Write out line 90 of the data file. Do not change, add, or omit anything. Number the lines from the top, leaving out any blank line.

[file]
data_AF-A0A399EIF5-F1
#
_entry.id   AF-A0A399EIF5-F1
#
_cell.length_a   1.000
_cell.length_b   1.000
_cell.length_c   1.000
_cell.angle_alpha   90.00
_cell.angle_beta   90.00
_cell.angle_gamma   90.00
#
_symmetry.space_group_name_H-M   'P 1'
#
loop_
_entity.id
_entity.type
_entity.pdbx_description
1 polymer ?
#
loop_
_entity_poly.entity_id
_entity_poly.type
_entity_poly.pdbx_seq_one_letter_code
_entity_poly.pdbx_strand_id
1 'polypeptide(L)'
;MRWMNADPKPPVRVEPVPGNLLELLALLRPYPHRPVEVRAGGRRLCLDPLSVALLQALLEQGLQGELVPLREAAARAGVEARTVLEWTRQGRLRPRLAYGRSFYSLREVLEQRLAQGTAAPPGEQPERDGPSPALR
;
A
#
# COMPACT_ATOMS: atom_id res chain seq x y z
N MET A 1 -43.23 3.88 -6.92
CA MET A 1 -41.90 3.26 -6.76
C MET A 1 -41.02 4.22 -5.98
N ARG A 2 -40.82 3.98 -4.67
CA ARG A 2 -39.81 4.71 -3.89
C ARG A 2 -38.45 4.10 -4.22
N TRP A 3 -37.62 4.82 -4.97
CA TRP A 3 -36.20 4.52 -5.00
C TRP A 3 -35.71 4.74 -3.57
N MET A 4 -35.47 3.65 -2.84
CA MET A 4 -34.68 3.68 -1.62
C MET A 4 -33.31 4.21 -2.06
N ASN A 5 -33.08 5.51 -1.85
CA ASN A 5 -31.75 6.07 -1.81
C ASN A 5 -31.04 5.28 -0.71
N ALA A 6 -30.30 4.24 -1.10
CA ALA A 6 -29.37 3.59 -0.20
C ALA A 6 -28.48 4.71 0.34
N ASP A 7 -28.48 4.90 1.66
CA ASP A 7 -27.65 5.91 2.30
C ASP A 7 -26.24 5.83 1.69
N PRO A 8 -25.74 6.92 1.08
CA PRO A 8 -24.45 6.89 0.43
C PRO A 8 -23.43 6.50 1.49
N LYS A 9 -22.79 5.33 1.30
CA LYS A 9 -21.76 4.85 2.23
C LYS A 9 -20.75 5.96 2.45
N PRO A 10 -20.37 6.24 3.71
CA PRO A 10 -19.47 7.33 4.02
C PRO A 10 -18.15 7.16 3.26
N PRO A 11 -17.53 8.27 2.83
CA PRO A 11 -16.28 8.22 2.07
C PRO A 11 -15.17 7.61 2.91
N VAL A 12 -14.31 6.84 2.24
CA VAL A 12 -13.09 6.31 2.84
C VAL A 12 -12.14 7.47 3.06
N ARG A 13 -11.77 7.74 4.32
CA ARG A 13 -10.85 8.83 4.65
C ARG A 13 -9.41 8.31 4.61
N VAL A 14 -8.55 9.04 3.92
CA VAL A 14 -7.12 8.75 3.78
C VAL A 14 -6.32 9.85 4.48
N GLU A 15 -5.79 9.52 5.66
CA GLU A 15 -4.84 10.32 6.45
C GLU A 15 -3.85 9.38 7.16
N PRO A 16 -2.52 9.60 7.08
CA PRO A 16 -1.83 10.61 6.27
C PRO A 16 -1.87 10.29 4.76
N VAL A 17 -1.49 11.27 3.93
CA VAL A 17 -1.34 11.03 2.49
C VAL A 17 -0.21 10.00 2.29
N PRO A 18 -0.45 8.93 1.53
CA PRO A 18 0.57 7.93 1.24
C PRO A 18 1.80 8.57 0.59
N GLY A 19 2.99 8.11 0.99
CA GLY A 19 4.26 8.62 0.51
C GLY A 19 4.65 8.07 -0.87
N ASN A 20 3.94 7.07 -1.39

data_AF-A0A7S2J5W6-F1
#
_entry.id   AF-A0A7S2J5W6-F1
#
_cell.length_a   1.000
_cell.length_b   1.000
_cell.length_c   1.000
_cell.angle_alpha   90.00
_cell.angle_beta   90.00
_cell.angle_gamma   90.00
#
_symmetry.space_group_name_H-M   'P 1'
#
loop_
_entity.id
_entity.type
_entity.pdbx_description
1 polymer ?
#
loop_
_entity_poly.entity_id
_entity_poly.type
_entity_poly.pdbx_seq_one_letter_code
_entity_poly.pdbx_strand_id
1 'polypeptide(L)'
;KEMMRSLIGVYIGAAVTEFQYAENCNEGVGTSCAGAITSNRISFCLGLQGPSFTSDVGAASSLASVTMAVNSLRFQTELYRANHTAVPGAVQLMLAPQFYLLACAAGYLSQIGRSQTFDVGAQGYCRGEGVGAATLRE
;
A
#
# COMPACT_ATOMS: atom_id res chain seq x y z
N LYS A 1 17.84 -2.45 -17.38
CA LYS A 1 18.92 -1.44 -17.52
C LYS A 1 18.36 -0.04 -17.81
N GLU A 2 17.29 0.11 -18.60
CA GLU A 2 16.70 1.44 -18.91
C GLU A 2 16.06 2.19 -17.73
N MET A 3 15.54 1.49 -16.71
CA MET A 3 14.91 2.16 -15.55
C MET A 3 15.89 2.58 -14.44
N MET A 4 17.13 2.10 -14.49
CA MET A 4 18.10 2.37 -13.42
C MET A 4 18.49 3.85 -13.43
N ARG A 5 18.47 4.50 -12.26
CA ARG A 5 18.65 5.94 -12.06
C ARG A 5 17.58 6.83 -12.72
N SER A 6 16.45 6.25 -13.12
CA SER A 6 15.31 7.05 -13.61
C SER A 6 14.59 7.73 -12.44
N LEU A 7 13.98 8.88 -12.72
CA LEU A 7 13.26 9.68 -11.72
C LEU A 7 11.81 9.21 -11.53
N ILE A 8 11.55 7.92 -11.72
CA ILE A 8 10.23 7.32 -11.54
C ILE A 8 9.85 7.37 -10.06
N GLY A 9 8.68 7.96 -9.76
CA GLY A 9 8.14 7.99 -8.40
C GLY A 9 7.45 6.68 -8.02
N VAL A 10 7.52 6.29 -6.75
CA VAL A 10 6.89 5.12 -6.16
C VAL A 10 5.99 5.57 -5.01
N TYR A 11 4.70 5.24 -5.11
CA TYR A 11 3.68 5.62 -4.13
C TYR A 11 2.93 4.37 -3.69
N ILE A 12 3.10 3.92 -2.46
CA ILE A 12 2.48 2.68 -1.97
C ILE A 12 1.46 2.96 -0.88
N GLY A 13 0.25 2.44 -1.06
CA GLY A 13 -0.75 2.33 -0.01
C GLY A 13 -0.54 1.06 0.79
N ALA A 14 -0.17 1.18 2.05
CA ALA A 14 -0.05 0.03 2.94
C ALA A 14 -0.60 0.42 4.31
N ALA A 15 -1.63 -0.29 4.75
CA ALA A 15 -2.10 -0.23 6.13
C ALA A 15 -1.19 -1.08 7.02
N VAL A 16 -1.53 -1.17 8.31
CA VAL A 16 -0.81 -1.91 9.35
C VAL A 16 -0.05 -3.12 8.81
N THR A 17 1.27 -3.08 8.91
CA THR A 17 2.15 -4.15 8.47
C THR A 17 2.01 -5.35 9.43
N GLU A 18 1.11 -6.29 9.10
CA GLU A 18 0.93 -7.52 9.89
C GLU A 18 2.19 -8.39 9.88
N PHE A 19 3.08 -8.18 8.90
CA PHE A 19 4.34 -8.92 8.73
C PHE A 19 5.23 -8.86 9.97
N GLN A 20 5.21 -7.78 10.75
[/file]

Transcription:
#